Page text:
Maybe it is because their statement reads as follows:

“The RACGP Curriculum on LGBTIQ health is comprehensive and clear. It is also clear that all RACGP members are aware of the significant challenges LGBTIQ people face in Australian communities. GPs are trusted to treat all LGBTIQ patients with the utmost respect and dignity, regardless of one’s own personal or religious beliefs. Marriage equality is a human rights issue. RACGP Council shares the concerns of the Australian National Mental Health Commission that the prolonged debate has heightened discrimination against LGBTIQ people. Last week, Council provided a neutral statement in order not to add to the debate. […] In conclusion, and to be explicit: the RACGP acknowledges that discrimination, bullying and harassment of LGBTIQ people does have a severe, damaging impact on mental and physical health outcomes for affected individuals, their families and communities. The RACGP Council strongly endorses equality and inclusion regardless of race or ethnicity, gender or sexual orientation, religion or disability in all aspects of life, in particular, education, employment, medical care, relationships and certainly marriage”.

Yes, it’s hard to come out and say “let’s not politicise medicine”, when the people treating your illnesses and filling out your tablet prescriptions say that “Significant proportions of LGBTI people report hiding their sexuality or gender identity at work (39 per cent), at social and community events (42 per cent) and when accessing services (34 per cent). Verbal homophobic abuse has been experienced by 60 per cent of LGBTI individuals, and 20 per cent have experienced physical abuse.”

When people who are experts in medicine come against the relics of history who advocate ‘conversion therapies’ for gay people (a practice condemned by all medical practitioners and mental health professionals as the equivalent of mutilation), it should not be difficult to decide who’s right and who’s wrong. And this is why there has not been any significant reaction to the RACGP decision: because in the end, this is about choosing between common sense and irrational fears. When the peak medical associations and scientific bodies come and support same-sex marriage, what they say is that it is not okay to say ‘No’ because the real repercussions of discrimination are more tangible and real than the spectre of ‘political correctness’ raised by the ‘traditional marriage’ advocates. It is not okay to say ‘No’ and it is definitely not okay to stay neutral. Because when it comes to human rights, staying on the sidelines means condoning oppression. This is why artists and scientists, athletes and academics have been stepping out in support of a change in legislation that will ensure that same-sex couples are not second-class citizens. When it comes to that, you need to take a stance. When it comes to that, it is definitely okay to politicise the arts, medicine, sports, religion. Because they are political anyway, even when they don’t profess to be. And they are at their most political precisely when there’s no political issue to debate. The arts are nothing, are completely useless, if they are not actively participating in public discourse. And they participate even when they refrain to enter the debate. Even when it’s just to entertain, they are political – because they divert people’s mind from pressing issues. This diversion can be nuanced and have various meanings. It can be a kind of denial, a way for people to avert their eyes from reality – or it can be a valuable respite, a chance for people to replenish powers before they continue to fight for a better life.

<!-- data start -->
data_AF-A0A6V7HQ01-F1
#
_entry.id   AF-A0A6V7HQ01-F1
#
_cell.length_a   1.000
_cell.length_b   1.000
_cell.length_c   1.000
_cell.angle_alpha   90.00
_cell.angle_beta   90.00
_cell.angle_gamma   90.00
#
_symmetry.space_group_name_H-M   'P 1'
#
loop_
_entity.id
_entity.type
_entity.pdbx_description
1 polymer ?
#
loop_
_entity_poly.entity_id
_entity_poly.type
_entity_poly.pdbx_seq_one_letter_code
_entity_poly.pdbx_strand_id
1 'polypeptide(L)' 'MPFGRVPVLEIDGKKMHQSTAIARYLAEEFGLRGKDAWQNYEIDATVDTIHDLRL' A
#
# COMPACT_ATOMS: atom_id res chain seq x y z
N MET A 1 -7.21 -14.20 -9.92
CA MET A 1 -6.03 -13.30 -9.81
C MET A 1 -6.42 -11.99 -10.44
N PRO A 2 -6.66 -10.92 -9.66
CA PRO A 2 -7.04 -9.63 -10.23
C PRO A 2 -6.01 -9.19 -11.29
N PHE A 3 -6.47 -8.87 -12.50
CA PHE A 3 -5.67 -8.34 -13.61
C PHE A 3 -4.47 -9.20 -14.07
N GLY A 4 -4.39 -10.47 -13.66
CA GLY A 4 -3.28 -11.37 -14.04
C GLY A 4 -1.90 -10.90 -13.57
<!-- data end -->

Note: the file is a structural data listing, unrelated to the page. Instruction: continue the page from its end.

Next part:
But when it comes to presumably non-political entities actually being as politicised as it gets, nothing beats the organised church; its role has always been political. From primal communities to the modern era, religious leaders have been closely associated with politics, being one step behind state leaders, acting as their conscience, blessing political acts and ruling people. Because what else, if not political, is the role of an entity dictating rules for people to follow, guidelines on how to lead their lives, if they don’t want to risk eternal damnation?

A few months ago, from these pages, I expressed my concern that the church risks to stay on the wrong side of history – and the wrong side of humanity. This is exactly what we have been experiencing, these past few weeks. The church deciding to betray part of the population, to condone oppression and discrimination, for fear of losing grip of a set of traditional values. The saddest part is that there is no argument to support this position. This is why they try to divert the debate from civil rights and humanity to irrelevant issues such as freedom of speech, political correctness, safe schools, traditions. And it is telling that all their arguments can be summarised in one phrase, one unmistakably emerging in any online debate on the issue: ‘God made Adam and Eve, not Adam and Steve’. Adherence to tradition, literal interpretation of religious texts, fear of change, all is summed up in this stale joke. Which was never funny in the first place.